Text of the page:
I found the most amazing places and people who would teach, nurture and mentor him through the years. He began at age 8 volunteering on an Equestrian Therapy Farm called, Whispers of Hope in Texas. Daily he worked M-Sat 8-12 in the barn and then he rode. When we moved to Mississippi we found another similar farm and then moving to Illinois I found Alison Lewis, a fellow homeschooler. She was the most pivotal influence in his life outside his family for the last 8 years. She taught him so much. She built him up, knocked him down a peg when he needed it and pushed him by taking him under her wing and trusting him to do so much more than folks would think a kid can do. The debt I have to her, can never be paid. If she ever needs a kidney one day, or bone marrow - she need only call!

Today talking to Corey, away at school, knee deep in work, and stress I could not have been more proud of him. He has been looking for a place to ride there. A place to volunteer, work in a barn, to be around what he loves and to get into a saddle. He searched, he found leads and he began following up on them.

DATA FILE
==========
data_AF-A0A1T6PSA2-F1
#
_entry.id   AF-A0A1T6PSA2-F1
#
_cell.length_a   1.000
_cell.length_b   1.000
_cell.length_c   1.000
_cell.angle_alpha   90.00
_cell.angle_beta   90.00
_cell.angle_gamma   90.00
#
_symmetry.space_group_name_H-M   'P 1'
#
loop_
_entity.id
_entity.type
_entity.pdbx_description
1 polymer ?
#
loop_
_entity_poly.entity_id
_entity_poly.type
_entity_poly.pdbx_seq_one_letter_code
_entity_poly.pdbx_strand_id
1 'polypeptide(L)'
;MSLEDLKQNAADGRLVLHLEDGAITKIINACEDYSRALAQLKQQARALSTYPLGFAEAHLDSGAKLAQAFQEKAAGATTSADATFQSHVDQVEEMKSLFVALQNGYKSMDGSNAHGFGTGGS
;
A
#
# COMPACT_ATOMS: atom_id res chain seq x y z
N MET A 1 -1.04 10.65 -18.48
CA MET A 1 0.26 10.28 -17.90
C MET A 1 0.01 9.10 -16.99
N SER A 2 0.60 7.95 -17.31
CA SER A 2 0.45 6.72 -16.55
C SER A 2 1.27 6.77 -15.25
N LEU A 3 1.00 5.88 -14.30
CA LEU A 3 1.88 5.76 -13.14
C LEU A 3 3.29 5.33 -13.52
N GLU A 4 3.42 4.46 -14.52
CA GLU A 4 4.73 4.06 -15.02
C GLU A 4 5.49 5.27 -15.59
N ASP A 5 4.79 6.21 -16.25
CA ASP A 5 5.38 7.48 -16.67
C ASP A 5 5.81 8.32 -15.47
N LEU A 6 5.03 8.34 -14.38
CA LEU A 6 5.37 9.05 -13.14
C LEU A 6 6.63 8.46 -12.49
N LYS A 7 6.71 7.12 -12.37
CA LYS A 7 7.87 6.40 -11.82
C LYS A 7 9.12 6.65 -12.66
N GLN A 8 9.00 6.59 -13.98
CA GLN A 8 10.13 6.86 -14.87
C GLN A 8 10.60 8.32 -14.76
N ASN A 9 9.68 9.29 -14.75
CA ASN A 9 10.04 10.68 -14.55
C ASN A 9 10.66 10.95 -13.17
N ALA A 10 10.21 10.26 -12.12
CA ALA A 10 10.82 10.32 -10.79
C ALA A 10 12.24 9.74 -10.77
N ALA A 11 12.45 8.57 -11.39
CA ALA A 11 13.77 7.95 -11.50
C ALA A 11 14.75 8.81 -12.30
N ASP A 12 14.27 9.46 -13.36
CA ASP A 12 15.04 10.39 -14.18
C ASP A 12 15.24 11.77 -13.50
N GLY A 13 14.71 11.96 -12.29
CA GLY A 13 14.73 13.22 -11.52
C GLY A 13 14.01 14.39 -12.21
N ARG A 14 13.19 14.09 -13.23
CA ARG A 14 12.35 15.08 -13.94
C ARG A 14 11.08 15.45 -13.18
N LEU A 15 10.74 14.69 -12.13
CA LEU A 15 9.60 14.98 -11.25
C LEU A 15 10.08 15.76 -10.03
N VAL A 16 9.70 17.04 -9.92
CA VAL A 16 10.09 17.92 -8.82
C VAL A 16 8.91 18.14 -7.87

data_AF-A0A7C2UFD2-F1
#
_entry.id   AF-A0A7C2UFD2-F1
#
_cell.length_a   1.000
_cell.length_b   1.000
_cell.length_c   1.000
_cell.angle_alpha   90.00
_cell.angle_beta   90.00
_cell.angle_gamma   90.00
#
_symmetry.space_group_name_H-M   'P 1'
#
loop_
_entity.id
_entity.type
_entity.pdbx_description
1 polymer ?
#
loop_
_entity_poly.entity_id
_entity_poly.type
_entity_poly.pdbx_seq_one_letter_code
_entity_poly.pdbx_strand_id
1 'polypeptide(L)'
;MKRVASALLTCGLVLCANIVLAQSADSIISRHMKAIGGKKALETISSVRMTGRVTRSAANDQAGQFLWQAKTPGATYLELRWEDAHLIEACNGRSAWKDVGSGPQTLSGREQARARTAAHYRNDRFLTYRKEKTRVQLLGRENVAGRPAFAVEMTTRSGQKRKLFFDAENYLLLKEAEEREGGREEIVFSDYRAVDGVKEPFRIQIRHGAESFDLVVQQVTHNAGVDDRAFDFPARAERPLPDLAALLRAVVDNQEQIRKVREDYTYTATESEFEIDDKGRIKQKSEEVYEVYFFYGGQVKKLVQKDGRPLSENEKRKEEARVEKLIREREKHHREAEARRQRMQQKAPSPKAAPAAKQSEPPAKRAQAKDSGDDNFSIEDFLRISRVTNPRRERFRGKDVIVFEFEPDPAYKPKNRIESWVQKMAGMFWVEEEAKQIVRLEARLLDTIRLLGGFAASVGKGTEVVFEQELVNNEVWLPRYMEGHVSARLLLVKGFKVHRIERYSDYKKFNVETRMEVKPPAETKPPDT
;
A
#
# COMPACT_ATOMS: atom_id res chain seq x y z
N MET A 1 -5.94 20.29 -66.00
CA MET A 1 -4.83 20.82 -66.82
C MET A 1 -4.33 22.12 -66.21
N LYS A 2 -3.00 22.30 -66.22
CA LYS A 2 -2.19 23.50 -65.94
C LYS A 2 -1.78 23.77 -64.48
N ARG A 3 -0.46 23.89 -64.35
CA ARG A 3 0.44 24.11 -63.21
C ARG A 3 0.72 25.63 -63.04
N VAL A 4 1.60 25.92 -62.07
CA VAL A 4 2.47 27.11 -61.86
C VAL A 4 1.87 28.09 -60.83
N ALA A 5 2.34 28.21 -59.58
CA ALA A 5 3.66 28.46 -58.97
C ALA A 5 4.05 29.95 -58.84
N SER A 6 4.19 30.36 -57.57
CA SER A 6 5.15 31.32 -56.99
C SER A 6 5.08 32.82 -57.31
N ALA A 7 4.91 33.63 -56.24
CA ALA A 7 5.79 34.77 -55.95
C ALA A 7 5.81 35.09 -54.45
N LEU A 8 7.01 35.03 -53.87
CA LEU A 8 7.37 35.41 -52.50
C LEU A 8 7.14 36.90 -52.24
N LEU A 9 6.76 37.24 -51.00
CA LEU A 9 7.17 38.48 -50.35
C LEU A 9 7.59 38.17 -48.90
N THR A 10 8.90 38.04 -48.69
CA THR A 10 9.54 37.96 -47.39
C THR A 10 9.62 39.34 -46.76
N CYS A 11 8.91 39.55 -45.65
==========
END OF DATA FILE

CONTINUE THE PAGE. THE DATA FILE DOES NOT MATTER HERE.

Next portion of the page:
I am so proud that he knows how to do this for himself now. He knows how to do it, because I modeled it for him, and handed him the reigns. What we do as mothers - MATTERS. I didn't do everything for him, but I showed him how easy it is (really it is) to find people, good people, to work with. He learned to do it for himself and no longer needed me to take the lead some years ago.

He wants to ride because he loves it. Because it is a part of him. He loves the physical work, the sweat, the horses. He doesn't like couch potato life, he longs to be outdoors. He recognizes it's good for his health, his temperament, and his life to do what he loves. He has a great spirit of volunteerism. Which, here again, is priority we focused on all our life.